I saw the Queen in Belfast, August 1961. It was not an intimate audience. I was standing on a curb along with thousands of other people, many waving small Union Flags and some wearing orange sashes and bowler hats.
The Queen was visiting Belfast in August, in the middle of the Protestant Marching season, she and the Royal Yacht Britannia landed at Carrickfergus, the same place William of Orange landed in 1690 when he invaded Ireland to depose James II.
The Protestant press said her landing at Carrickfergus was symbolic of the links between the UK and Northern Ireland and its Protestant majority. The Catholic Nationalist press called it a provocation. Both were correct. The queen landed during the season when Protestant marchers paraded through Catholic neighborhoods with big Lambeg drums, a large drum beaten with Malacca canes, that, like the Bagpipe, were designed to make a horrible racket during battle and scare the enemy. The drums can create a sound of 120 decibels, as loud as bagpipes, and were used by the armies associated with William of Orange. As the Protestants marched, they chanted.
A splitter a spatter the holy water
Splash it on the croppies rum-tum-tum
A cinder asunder we’ll make ‘em lie under
The Protestant boy who carries the drum.
I never forgot those lyrics, or the response.
Up the long ladder and down the short rope.
To Hell with King Billy and God Bless the Pope.
If that doesn’t do, we’ll tear him in two.
And send him to hell with his red, white and blue.
This was before the “troubles” of 1969 and in the 1961 march through Derry it sounded almost like two competing football club fan groups taunting each other. To a 14-year-old who was raised Protestant but had one Protestant grandfather who married a Catholic, and one Catholic grandfather who married a protestant, this was exciting, confusing, and scary.
Until then I had a favorable view of the Queen. A month earlier my grandfather and I had seen the changing of the guard at Buckingham palace. The band marched in to an American tune. My grandfather and I talked about the bond between our nations, forged in two World Wars in defeating the fascists.
I have thought about this over the past 60 plus years. We were taught that she is a figurehead, not involved in politics. But the circumstances of her visit made it a political act. Up until the 1959 elections Ulster Unionist members of Parliament generally supported the conservative side but restrained from attacking Labour to avoid having vote leakage to the Northern Ireland Labour Party. In 1959 the Ulster Unionists unconditionally supported Conservative Prime Minister Harold Macmillan who had taken over the party after the disastrous Suez crisis. The Conservative Government of Harold Macmillan needed to court favor.
As a history buff I’ve asked myself many times, did the Queen consciously take a political stand by landing at Carrickfergus, or was she just, to use Lenin’s term a “useful idiot” in the Conservative cause.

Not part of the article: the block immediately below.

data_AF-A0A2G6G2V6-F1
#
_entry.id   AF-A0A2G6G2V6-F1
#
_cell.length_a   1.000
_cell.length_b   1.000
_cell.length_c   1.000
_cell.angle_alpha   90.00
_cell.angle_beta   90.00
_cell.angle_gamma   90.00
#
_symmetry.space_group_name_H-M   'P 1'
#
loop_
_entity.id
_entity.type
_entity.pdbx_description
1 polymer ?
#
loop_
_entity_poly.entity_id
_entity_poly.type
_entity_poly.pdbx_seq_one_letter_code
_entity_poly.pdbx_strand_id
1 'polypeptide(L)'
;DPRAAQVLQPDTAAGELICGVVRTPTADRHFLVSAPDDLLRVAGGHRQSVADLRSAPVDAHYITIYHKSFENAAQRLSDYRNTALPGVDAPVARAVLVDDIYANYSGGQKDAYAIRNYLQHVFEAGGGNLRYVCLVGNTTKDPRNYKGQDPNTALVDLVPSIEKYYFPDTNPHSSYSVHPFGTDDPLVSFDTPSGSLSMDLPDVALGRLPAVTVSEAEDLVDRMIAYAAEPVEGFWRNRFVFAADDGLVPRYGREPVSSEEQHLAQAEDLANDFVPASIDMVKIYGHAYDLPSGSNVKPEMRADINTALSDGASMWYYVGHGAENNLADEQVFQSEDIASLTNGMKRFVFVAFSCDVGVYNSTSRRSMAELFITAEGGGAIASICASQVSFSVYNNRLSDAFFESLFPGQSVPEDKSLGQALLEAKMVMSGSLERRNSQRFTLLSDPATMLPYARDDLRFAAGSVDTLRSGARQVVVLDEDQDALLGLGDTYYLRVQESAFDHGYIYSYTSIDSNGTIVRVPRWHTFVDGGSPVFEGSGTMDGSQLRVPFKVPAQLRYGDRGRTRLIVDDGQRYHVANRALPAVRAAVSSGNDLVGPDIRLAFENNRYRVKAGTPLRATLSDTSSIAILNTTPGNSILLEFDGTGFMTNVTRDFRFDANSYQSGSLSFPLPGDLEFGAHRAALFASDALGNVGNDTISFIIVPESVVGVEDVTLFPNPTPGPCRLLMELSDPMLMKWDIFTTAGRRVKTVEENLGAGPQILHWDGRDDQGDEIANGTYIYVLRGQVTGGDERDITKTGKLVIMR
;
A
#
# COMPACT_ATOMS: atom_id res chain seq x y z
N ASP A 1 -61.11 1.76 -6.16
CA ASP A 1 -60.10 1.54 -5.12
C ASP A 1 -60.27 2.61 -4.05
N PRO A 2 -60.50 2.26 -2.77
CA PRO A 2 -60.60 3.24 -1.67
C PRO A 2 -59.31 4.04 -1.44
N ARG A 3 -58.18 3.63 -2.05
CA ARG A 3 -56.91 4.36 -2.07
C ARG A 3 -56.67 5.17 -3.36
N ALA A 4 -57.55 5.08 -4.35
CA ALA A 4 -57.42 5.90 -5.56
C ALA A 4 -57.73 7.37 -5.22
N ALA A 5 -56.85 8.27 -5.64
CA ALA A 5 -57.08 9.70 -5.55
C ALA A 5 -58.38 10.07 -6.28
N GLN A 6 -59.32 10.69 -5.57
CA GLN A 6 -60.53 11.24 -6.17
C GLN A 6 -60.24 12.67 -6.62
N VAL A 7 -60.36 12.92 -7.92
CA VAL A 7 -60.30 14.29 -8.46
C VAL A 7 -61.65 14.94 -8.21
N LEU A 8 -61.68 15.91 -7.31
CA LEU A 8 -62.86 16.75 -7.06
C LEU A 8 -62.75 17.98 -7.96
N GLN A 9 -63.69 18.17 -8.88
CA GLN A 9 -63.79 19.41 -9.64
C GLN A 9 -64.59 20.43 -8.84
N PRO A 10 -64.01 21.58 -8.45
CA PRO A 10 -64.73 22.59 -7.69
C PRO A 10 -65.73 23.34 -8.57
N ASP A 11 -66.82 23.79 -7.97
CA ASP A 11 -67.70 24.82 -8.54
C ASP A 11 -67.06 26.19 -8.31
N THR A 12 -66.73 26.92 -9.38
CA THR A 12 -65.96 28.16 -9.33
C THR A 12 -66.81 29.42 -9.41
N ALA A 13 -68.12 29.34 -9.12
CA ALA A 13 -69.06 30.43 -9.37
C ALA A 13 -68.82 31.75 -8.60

In 8 years, Northern Ireland exploded. “Peace Walls” went up in 1969 to separate Unionist and Nationalist neighborhoods in Belfast and Derry. Those walls have been up 54 years, twice as long as the Berlin Wall. The walls were supposed to come down this year but, at the request of the neighborhoods, they still stand in West Belfast.
Today they are a tourist attraction. And as we rode on the open topped double decker hop-on-hop-off through the neighborhoods people shouted, “Welcome to Belfast, thank you for coming.” The hop-on-hop-off bus drivers tell stories about the troubles. We took the loop around Belfast twice. One driver kept telling us that the flags, banners, and wall murals were just to let people know which neighborhood they were in. “You are perfectly safe in walking these streets” he said — one too many times. The bus stops at the wall and the driver loans passengers’ sharpies to write their own messages on the “peace wall.” There are other messages on the peace wall, in fact on all walls. For instance, Sinn Fein has murals supporting the Palestinian struggle. There are messages for peace as well.
On the Protestant side of the divide there are posters quoting King Charles “I shall inviolably maintain and preserve the settlement of the true Protestant Religion.”
But the context is wrong, Charles (who has said he wished he could be “defender of faith” not “defender of THE faith”) said: “I understand that the Law requires that I should, at My Accession to the Crown, take and subscribe the Oath relating to the Security of the Church of Scotland” and he swore in an oath only someone in a powdered wig could write.
I, Charles the Third, by the Grace of God of the United Kingdom of Great Britain and Northern Ireland and of My other Realms and Territories, King, Defender of the Faith, do faithfully promise and swear that I shall inviolably maintain and preserve the Settlement of the true Protestant Religion as established by the Laws made in Scotland in prosecution of the Claim of Right and particularly by an Act intituled “An Act for securing the Protestant Religion and Presbyterian Church Government” and by the Acts passed in the Parliament of both Kingdoms for Union of the two Kingdoms, together with the Government, Worship, Discipline, Rights and Privileges of the Church of Scotland. (No reference to Northern Ireland.)
And the beat goes on. As Kevin said in his post “There is peace but no reconciliation.”